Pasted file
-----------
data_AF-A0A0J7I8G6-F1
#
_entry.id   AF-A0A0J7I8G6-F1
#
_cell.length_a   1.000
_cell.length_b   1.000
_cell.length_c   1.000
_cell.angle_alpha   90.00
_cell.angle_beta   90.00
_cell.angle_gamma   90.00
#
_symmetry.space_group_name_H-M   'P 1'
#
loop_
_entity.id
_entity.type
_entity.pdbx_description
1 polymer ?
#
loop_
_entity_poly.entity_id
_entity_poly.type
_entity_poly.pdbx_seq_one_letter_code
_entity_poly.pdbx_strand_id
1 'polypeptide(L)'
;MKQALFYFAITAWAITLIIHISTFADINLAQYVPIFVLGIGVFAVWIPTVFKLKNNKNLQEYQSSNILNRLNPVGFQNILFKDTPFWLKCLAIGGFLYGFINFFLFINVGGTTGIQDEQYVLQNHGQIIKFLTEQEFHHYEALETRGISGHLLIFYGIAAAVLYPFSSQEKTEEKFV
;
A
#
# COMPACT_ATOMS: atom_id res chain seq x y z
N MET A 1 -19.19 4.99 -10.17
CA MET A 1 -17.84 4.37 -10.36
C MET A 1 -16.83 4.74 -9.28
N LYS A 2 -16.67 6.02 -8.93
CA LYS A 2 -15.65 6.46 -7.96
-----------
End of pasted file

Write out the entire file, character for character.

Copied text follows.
data_AF-A0A0J7I8G6-F1
#
_entry.id   AF-A0A0J7I8G6-F1
#
_cell.length_a   1.000
_cell.length_b   1.000
_cell.length_c   1.000
_cell.angle_alpha   90.00
_cell.angle_beta   90.00
_cell.angle_gamma   90.00
#
_symmetry.space_group_name_H-M   'P 1'
#
loop_
_entity.id
_entity.type
_entity.pdbx_description
1 polymer ?
#
loop_
_entity_poly.entity_id
_entity_poly.type
_entity_poly.pdbx_seq_one_letter_code
_entity_poly.pdbx_strand_id
1 'polypeptide(L)'
;MKQALFYFAITAWAITLIIHISTFADINLAQYVPIFVLGIGVFAVWIPTVFKLKNNKNLQEYQSSNILNRLNPVGFQNILFKDTPFWLKCLAIGGFLYGFINFFLFINVGGTTGIQDEQYVLQNHGQIIKFLTEQEFHHYEALETRGISGHLLIFYGIAAAVLYPFSSQEKTEEKFV
;
A
#
# COMPACT_ATOMS: atom_id res chain seq x y z
N MET A 1 -19.19 4.99 -10.17
CA MET A 1 -17.84 4.37 -10.36
C MET A 1 -16.83 4.74 -9.28
N LYS A 2 -16.67 6.02 -8.93
CA LYS A 2 -15.65 6.46 -7.96